I've been thinking about this for a while, and there are a couple of things that struck me as possible. One is that sexual assault is a way to hurt a character without killing them or sending them to a hospital. It establishes damage, without the loss of hit points.
The other one is sort of related. Having a sexual assault in a story means that it's a serious story. I think there's a certain pressure to do this in fantasy and science fiction, because the premises are often silly; I am not sure how many rapes it takes to make people not laugh at future where power production is based on springs, but I think that might partially explain the rapeyness.
As far as the hooker thing goes, though, I really dunno. I guess it's a thing--that there are people who think something along the lines of "well, this sex is pretty good, but you know what would make it great? If I had to pay for it." In which case, you can't really make sense of it; it's like trying to unravel the mystery of why people like stuffed cabbage.
I want to be clear that when I say I find either of those two theories monumentally offensive if true, it's not that I'm offended at you for proposing them, it's that I'm offended at people who use them that way. I have watched the fallout for people I love for years and in some cases decades from assaults of this type, and to have that reduced to, "Well, it's not like it breaks her leg," or, "What can I do to make people think I am a Vry Srs Rthr?" makes my blood boil.
I like stuffed cabbage, and I still can't explain the Happy Hooker trope to you. Only good stuffed cabbage, though. It can easily become vile.
Well, I suppose that I'll take comfort in the fact that if they were less plausible, they'd be less offensive.
I should probably note that I don't think that these are intentional patterns; I think that for most writers, this sort of thing takes place on a subconscious level, and that it tends to echo the story shapes in which they're immersed.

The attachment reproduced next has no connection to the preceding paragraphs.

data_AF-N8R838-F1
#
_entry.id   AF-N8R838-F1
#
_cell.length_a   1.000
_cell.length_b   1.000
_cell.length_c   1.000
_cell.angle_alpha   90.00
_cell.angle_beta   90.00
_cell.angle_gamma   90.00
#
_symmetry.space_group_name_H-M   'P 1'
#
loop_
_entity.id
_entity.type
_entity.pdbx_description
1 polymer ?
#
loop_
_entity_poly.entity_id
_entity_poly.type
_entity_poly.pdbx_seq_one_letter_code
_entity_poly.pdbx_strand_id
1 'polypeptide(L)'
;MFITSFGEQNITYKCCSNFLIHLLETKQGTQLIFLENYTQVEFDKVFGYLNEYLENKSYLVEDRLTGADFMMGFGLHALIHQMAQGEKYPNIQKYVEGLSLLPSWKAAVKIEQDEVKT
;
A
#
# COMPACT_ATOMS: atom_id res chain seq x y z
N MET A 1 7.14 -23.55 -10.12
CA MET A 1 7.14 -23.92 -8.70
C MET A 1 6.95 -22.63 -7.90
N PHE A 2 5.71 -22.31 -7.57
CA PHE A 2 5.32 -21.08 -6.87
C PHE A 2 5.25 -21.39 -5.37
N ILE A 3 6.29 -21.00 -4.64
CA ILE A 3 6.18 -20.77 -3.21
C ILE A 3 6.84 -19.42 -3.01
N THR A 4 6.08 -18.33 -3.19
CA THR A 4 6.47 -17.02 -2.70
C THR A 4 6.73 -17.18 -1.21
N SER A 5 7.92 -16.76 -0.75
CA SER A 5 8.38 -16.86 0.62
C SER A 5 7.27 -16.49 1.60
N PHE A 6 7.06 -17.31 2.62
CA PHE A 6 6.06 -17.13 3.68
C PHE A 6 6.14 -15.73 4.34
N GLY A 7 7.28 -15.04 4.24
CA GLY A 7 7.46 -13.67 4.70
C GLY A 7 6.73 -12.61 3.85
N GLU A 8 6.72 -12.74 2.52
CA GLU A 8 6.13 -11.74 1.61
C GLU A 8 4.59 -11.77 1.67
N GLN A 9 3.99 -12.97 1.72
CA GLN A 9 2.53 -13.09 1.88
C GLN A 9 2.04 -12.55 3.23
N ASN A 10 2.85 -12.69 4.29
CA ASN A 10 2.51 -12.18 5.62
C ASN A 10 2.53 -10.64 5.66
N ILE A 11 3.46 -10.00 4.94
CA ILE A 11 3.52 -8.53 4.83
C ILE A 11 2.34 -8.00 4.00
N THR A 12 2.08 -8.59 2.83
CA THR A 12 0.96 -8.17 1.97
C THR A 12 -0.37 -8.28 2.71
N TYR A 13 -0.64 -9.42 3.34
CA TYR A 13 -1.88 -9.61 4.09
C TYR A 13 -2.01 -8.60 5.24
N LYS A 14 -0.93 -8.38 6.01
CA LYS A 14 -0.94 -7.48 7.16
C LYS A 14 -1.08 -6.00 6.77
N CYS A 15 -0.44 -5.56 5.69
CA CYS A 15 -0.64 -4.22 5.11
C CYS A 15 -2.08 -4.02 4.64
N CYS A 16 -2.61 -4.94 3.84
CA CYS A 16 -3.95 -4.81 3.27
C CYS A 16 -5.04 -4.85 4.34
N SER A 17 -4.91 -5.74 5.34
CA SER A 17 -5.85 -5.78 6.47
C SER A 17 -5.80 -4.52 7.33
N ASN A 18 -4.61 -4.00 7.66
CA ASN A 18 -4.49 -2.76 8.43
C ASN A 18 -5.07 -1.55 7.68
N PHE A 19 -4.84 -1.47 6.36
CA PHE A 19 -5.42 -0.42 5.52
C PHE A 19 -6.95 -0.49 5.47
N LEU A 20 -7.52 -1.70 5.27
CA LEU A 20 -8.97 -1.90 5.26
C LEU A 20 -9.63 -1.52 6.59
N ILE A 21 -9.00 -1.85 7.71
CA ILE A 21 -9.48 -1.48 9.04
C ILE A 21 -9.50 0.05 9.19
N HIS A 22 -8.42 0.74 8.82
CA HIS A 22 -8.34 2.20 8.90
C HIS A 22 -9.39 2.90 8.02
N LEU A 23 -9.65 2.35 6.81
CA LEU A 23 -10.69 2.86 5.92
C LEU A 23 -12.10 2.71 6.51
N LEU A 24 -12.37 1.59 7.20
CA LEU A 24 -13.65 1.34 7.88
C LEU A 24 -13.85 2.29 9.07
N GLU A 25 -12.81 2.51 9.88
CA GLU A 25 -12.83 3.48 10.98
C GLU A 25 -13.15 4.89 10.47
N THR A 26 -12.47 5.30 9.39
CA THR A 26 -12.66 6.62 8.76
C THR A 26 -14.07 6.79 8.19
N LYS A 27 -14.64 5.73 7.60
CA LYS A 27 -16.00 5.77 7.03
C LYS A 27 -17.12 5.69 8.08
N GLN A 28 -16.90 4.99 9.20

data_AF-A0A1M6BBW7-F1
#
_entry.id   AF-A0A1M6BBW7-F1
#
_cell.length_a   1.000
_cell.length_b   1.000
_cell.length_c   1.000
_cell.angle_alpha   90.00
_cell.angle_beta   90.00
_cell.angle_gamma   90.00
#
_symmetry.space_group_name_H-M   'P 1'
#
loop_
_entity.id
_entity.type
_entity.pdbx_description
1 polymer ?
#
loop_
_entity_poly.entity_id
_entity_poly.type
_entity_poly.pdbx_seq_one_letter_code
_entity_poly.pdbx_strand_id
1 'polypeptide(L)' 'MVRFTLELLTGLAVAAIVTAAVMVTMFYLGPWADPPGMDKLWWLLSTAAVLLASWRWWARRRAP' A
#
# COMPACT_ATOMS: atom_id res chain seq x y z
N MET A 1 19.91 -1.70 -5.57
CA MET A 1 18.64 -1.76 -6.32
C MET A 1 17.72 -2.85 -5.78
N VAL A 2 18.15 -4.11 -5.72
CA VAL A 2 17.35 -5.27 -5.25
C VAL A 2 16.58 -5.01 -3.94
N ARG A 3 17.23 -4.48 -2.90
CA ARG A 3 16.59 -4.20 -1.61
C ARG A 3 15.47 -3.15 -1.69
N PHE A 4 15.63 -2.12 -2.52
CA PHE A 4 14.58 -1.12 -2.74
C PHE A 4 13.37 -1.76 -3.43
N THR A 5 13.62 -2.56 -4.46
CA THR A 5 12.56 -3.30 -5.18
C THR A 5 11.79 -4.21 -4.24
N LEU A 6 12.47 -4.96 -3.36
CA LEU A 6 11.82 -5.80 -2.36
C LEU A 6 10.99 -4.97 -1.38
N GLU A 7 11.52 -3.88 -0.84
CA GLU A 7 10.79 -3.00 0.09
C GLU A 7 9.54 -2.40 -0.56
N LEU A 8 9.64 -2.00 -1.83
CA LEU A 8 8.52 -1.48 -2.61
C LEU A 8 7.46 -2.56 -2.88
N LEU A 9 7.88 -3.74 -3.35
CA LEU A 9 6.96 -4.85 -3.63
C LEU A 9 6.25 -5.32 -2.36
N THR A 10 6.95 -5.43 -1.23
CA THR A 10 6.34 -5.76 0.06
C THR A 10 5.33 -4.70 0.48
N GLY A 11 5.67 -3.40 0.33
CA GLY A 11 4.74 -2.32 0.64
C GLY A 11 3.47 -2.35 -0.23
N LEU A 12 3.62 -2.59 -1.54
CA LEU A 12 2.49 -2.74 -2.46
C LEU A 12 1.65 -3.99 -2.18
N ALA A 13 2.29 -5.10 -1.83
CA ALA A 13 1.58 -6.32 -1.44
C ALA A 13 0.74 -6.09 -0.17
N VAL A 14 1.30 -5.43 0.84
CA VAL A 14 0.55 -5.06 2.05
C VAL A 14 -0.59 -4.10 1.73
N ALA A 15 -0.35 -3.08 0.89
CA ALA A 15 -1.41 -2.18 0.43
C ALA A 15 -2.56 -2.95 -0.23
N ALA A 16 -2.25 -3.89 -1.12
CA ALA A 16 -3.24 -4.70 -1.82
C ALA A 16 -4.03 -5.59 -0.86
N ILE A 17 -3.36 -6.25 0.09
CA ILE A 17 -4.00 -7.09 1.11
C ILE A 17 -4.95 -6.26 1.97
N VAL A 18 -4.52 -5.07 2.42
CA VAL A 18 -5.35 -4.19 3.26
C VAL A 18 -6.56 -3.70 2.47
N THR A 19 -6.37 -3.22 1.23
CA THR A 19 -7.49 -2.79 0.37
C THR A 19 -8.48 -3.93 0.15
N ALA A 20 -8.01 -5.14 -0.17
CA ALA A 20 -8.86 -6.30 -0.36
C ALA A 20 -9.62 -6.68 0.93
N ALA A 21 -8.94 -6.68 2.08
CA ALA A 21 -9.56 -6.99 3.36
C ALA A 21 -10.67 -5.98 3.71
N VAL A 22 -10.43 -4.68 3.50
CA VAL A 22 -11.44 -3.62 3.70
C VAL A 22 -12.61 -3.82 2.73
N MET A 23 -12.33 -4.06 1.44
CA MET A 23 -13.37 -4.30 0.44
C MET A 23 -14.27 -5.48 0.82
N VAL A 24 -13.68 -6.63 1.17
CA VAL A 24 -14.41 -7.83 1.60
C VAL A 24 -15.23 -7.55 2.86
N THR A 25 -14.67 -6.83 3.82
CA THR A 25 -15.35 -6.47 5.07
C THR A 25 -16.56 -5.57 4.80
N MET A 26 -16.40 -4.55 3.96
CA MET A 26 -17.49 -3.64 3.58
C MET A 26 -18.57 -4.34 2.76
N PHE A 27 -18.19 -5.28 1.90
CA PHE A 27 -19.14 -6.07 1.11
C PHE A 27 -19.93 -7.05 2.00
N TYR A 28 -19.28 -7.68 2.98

I agree with you that if these are the case, they're almost certainly subconscious. Still, that pattern needs interrupting, in my opinion.
You mean "without killing her or sending her to the hospital." Authors could just as easily beat the women up, the way they do the men, but instead we get sexualized violence with all its real-world "you're not really a person" vibes.
I hope I don't sound like I'm angry at you.
Sorry for not responding sooner; things have been a little busy.
You're right that it's mainly female characters who get raped. If the reasons I gave were the whole of the logic, you'd expect to see it happening to characters regardless of gender, so I am, if not proven wrong, proven incomplete.
I think, though I haven't done any actual tallying, that women get the sort of beatings without consequences that men get, at least in the section of the genre where women are filling the role of people who run around and do things. However, I think that those beatings, both for men and women, lack weight; given that getting hit on the head a lot doesn't seem to affect noir detectives as a rule, a beating of that sort doesn't upset readers very much. Rape, on the other hand, is upsetting, even if the story doesn't show us much in the way of long-term damage.
This would be equally true if it was a male detective getting raped. Perhaps there's another thing going on here. Specifically, the cultural assumption that women get raped. So, when you have a female protagonist, that's something that's in the default story-space, in a way that it isn't with a male protagonist.
I realize that I'm coming close to pontificating about something in which I lack expertise, so I think I'll leave it at that.
Your point about beatings is making me think about this further, Alter, and one of the things I've noticed is that we in the speculative genres tend to treat violent beatings as emotionally neutral or nearly so. We treat them as though they are the same thing as sparring in a well-managed martial arts class where you know you can quit at any time and the other person is not hitting and kicking at you out of personal animosity or desire to do you lasting damage--and yet I have heard from some friends who study martial arts that even that carefully delineated experience can cause emotional reactions they have to learn to overcome. I think it doesn't upset readers in part because writers are not showing it as upsetting. Writers want to be able to have action scenes that are action scenes, not emotional trauma scenes. And...I totally get why (swashbuckling! derring-do!), but I'm not sure I want things to go on in this vein without some more counterexamples coming up in the genre, the sooner the better.